Wednesday morning, TSN’s Darren Dreger confirmed that Jim Benning will become the new Canucks GM. The official announcement will come on Friday, as it is an off-day in the Stanley Cup playoffs.
Benning has reportedly signed a multi-year deal with the Canucks, making him the 11th general manager in the franchise’s 44 year history.
Jim Benning has agreed to a multi-year deal as Canucks gm and will be officially introduced in Vancouver on Friday.
— Darren Dreger (@DarrenDreger) May 21, 2014
Jim Benning will become just the 11th general manager of the Vancouver Canucks in their history. He played in the NHL for 9 seasons in the 1980s, including four years as a member of the Canucks.
Since retiring from the game, he has certainly paid his dues. The unheralded Benning was a scout for Anaheim (1993-94) and in Buffalo (1994-98) before becoming the director of amateur scouting for the Sabres (1998-2004). In 2006 he became the director of player personnel for the Bruins and was subsequently promoted to assistant general manager after one season.
The Sabres were one of the most successful teams in the NHL at producing NHL players from the draft during Benning’s tenure. Some of Benning’s best draft picks as director of amateur scouting with the Sabres include Ryan Miller (5th round), Thomas Vanek (1st round), Jason Pominville (2nd round), Derek Roy (2nd round) and Dennis Wideman (8th round). The Bruins have been less than impressive in the draft since the arrival of Benning however.
The Bruins have been a model franchise (BOSTON MODEL!) since Jim Benning’s arrival in Beantown. The Bruins Stanley Cup winning team was a mixture of good draft picks and astute trades. They acquired Nathan Horton and Gregory Campbell for Dennis Wideman and a couple of draft picks. They picked-up Mark Recchi for a couple of spare parts. Chris Kelly was acquired for a 2nd round pick. And they acquired Dennis Seidenberg for relatively nothing as well.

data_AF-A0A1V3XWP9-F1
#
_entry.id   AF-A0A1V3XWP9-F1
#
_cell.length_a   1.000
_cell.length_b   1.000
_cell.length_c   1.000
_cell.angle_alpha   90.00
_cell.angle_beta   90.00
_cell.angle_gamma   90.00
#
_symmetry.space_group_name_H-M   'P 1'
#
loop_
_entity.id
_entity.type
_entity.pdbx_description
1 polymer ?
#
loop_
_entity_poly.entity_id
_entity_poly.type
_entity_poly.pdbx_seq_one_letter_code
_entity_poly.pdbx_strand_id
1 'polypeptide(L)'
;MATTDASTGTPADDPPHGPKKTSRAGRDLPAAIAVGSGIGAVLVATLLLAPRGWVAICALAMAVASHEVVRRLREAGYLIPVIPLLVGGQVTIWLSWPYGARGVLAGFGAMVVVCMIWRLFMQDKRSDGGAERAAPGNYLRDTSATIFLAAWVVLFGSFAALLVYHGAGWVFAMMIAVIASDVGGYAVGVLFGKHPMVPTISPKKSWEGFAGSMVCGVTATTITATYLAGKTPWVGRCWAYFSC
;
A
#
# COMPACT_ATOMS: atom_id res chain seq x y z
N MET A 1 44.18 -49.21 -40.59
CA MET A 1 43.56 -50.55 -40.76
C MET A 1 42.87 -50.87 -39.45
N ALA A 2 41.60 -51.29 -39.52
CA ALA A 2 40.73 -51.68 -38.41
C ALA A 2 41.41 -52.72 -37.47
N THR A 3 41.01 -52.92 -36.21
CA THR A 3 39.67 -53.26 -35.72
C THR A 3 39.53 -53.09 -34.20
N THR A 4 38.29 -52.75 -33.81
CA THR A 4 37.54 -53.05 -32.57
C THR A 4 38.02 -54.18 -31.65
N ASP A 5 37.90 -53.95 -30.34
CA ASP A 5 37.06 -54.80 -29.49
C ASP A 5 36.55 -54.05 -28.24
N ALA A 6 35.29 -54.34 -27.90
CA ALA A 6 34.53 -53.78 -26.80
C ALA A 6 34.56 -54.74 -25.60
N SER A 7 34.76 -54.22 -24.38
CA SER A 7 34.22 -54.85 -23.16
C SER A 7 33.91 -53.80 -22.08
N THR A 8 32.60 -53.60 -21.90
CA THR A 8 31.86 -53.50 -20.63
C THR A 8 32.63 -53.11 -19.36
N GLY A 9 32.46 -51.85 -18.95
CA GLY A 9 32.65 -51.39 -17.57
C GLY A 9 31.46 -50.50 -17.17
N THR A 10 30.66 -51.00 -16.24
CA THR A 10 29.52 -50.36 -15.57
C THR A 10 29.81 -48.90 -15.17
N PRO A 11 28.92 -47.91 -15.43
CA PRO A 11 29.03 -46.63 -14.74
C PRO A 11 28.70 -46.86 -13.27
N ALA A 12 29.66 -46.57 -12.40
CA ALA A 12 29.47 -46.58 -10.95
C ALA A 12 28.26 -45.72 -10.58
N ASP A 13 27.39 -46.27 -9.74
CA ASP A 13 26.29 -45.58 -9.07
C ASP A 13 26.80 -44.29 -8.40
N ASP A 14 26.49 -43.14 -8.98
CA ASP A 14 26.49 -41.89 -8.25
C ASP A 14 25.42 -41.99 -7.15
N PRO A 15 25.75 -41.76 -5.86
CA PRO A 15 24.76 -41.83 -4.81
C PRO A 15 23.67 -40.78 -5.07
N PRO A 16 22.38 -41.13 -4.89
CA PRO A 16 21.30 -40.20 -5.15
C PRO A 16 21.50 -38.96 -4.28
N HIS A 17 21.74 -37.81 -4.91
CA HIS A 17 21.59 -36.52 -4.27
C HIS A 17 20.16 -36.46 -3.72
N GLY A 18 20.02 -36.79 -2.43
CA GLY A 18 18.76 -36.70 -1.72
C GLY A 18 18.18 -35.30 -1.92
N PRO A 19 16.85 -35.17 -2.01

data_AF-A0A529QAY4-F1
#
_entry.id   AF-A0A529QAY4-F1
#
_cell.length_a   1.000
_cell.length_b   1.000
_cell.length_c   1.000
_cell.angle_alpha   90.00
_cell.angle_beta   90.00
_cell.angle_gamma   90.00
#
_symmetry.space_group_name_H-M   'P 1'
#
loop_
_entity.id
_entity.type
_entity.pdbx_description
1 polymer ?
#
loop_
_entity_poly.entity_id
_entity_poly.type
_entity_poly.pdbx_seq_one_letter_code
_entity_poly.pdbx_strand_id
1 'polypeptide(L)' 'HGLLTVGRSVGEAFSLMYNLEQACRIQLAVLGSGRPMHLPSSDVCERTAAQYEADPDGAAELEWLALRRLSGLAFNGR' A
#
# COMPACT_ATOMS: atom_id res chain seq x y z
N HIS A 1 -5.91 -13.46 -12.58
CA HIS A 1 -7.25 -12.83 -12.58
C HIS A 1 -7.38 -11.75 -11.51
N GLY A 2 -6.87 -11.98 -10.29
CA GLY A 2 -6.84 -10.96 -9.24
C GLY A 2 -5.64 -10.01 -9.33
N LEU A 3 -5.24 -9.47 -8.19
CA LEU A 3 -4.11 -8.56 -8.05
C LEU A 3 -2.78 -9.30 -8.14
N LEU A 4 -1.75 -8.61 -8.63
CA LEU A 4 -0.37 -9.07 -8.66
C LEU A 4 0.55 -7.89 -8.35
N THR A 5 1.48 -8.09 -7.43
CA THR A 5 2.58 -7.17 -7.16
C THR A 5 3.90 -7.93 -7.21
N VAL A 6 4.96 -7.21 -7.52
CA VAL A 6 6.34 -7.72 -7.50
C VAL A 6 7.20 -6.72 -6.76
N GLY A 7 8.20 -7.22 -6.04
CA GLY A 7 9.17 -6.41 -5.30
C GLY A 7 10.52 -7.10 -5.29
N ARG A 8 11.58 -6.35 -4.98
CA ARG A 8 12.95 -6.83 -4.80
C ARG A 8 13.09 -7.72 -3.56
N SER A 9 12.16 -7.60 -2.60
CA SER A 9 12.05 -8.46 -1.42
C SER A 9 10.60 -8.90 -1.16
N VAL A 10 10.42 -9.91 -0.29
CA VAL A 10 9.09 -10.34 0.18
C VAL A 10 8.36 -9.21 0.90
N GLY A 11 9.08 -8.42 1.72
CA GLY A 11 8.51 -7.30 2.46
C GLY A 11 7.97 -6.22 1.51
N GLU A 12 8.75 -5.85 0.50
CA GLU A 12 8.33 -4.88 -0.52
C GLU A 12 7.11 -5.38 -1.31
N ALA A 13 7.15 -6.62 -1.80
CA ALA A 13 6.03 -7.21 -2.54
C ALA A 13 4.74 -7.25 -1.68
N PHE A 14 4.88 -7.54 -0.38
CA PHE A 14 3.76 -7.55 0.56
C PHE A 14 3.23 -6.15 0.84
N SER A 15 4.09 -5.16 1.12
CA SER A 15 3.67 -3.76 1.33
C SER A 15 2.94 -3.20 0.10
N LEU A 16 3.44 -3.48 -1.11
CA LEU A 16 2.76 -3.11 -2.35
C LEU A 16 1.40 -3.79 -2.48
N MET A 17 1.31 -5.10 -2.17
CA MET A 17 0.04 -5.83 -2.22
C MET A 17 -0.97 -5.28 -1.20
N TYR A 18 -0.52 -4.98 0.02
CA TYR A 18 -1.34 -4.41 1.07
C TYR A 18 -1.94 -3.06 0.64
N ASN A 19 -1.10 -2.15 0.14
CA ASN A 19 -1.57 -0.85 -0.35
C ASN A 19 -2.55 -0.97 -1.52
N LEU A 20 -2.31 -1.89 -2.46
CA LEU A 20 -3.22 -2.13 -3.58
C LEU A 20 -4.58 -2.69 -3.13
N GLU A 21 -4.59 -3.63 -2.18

The biggest question mark with Jim Benning is how much to we ought to credit him for his previous work in a supporting role. He was involved in decisions in Buffalo and Boston, but ultimately the decisions are made by the general manager.
Benning’s first decision will be to find a new head coach. Barry Trotz is rumoured to be the front-runner, while Willie Desjardins and Doug Houda are said to be in the mix as well. He will also need to make important decisions with regards to the Canucks’ scouting staff.
With regards to decisions on the ice, the possible trade of Ryan Kesler is the most obvious decision. That decision will likely be part of a larger plan that we may get some insight into rather soon.
Trevor Linden didn’t say much of substance in his first few days in charge of the team, but he did drop the term “Boston model” on us. Just how ‘bold moves’ became synonymous with the Mike Gillis era, I predict that “Boston model” will follow Jim Benning around for as long as he is in Vancouver.
I think what Trevor Linden means by the Boston model is a little bit different than how people are interpreting it. I don’t think Linden is necessarily advocating a bully mentality. For me, the Boston model is predicated on a balanced lineup, not reliant on any one superstar player.
The Bruins have had star goaltending and Zdeno Chara on defence, but otherwise they are an extremely balanced team. Their ability to roll four lines and get contributions from everybody has been their calling card.
In order to win with the Sedins as the Canucks’ best forwards, I believe they will need to become a four line team. They will also need to have an exceptional second line, because the days of the Sedins being Art Ross Trophy winners are probably over.
Of course, talk about winning the Stanley Cup is beyond premature at the moment. The team will need to develop talent from within and will likely need the likes of Bo Horvat and Hunter Shinkaruk making an impact before fans can realistically dream about the Stanley Cup again.